the discussion about obsolescence of the protocol is idiotic. bitcoin may wish to be unlike any other currency – but it is still a currency. the serious issues are not technical but monetary – like how to control the amount of issuance of new money? bitcoin founder thought he had the answer, fix the schedule and maximum eventual number of coins from the very beginning. it is not hard to see that if bitcoin is to capture a significant percentage of all online commerce – which it could do if its designers were a bit more business savvy – each of the 21 million bitcoin would have to be worth several thousand dollars in order to make total amount in circulation equal to the current amounts circulating in online commerce.

    And what did the nerds think of? Well, as they have it, the creation of bitcoin is slowing down as it is more widely accepted instead of accelerating at the same pace as adoption. If i was doing it, to start with i would incorporate a mechanism for splits and a target exchange rate – say peg it 1-to-1 to a basket of major currencies say, 1$+1€+100¥.

    not to mention that running GPUs full-on just to make virtual coins, while generating actual CO2 is very much harmful for the environment AND the economy. I, personally, condemn this blatant disregard for consequences.

  45. […] were stolen a few days ago. Meanwhile, the virtual currency’s long-term stability has been seriously questioned … but does it really make any sense to think about any “long term” at all for […]

  46. […] were stolen a few days ago. Meanwhile, the virtual currency’s long-term stability has been seriously questioned … but does it really make any sense to think about any “long term” at all for […]

  47. Rube Suckerman says:


    Sorry, but any “currency” that flucuates in value by a factor of 20 within weeks, and was created by a pseudonymous person who may or may not be Japanese, and whose primary exchange does not have a physical address, is a joke. It Bitcoins were backed in gold, and could be traded on existing commodity markets that are run by adults, totally different story.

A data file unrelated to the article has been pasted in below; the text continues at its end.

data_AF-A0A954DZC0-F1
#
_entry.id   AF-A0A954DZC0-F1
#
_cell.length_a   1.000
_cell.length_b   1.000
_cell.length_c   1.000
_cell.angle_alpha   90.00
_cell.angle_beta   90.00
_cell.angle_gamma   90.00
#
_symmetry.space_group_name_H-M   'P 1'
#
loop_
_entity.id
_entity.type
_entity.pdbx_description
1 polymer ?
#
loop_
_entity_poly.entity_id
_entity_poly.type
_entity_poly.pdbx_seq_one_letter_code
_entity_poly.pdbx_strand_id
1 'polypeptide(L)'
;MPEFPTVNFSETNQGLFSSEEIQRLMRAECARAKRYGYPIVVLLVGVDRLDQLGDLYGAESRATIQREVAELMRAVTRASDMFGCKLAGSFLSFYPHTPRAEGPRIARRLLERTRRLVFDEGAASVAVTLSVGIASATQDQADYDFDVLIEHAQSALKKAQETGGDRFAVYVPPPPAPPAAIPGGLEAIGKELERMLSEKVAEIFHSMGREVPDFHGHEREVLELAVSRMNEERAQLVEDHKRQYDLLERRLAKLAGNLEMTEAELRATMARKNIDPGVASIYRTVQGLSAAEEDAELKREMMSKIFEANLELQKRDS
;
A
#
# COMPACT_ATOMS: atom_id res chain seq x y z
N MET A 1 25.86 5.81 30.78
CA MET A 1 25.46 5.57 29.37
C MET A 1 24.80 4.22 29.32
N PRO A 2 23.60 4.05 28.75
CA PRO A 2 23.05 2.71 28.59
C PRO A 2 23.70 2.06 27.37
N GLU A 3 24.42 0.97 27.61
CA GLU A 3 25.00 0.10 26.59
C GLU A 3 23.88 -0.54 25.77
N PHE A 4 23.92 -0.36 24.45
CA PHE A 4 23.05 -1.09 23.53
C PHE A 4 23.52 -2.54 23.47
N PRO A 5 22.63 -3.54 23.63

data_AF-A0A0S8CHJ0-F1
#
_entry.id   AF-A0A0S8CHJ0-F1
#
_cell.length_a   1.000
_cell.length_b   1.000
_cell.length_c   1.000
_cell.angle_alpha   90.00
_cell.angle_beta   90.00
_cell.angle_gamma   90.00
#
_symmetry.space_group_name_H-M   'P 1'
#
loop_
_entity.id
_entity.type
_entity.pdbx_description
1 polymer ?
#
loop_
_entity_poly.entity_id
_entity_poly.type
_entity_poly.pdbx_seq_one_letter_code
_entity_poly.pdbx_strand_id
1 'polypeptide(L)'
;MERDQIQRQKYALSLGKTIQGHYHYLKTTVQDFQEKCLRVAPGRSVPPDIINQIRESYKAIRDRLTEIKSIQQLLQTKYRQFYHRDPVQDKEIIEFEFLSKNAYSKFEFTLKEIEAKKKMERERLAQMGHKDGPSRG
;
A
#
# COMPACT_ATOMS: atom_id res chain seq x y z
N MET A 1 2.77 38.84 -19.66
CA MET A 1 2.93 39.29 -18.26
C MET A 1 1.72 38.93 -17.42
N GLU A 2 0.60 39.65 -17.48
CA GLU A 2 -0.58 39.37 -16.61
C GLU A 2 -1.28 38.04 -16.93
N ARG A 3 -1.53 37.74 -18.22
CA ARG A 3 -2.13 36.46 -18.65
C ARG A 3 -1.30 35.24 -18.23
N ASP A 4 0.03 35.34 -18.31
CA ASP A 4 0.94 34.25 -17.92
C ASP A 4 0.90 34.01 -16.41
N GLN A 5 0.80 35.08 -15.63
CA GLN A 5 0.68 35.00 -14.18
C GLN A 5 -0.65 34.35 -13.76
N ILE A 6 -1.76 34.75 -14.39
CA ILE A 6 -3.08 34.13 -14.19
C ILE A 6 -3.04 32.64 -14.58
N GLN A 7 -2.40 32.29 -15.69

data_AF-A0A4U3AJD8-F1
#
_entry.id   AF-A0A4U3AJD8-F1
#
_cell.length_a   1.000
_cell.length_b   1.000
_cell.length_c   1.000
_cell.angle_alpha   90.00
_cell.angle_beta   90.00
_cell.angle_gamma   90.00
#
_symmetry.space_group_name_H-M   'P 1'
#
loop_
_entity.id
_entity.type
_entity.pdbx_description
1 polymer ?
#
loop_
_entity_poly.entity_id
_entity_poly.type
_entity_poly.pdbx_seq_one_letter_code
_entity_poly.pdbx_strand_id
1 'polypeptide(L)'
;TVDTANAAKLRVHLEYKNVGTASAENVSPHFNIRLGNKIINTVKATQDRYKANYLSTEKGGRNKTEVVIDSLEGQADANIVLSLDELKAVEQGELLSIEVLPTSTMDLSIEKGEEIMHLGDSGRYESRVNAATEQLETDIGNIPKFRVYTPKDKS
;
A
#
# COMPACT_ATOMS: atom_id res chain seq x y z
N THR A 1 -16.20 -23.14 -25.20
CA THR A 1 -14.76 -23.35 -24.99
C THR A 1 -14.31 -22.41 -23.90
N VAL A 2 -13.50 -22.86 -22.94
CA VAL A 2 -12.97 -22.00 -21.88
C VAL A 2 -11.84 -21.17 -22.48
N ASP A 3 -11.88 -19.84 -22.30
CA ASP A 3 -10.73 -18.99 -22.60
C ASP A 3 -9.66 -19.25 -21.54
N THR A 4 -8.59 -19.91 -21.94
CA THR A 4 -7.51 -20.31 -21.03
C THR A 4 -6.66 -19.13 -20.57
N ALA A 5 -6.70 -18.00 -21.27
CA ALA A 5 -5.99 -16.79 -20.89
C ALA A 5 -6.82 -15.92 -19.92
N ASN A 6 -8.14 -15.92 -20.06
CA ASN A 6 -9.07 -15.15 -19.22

Basically if you buy a currency that is not liquid or backed by a commodity that can be traded on real markets (versus a toy market operated by World of Warcraft types), you’re a moron, and deserve to lose your shirt.

    I’ll trade you 200 Flooz for 200 BTC.

  48. Anonymous says:

    Thanks, interesting article. People should be more aware of this potential problem.
    That said, currency disruption events happen often in the real world. War, natural disasters, economic mismanagement etc, the list could go on. No currency is invincible, no matter how many nuclear bombs the have pointing.
    Meanwhile, bitcoin has only the encryption strength to worry about (and that there are enough good guys on the network to confirm the transactions)
    Finally, Bitcoins or USD, investing in cash is a terrible idea.

  49. Rube Suckerman says:

    ROTFL at the suckers who bought into this junk.

    Who would have guessed that the Bitcoin exchanges were happy to sell you Bitcoins in exchange for real money, but when too many people tried to convert Bitcoins back into real money, the exchange that accounts for 90% of transactions suddenly collapsed.

    Oh, and it didn’t seem the slightest bit fishy that “Mt. Gox” didn’t have a physical address, or even a phone number? If you’re dumb enough to trust that “bank”, you deserved to lose your cache of WoW bingo chips.

    PS – Atlas Shrugged _sucked_.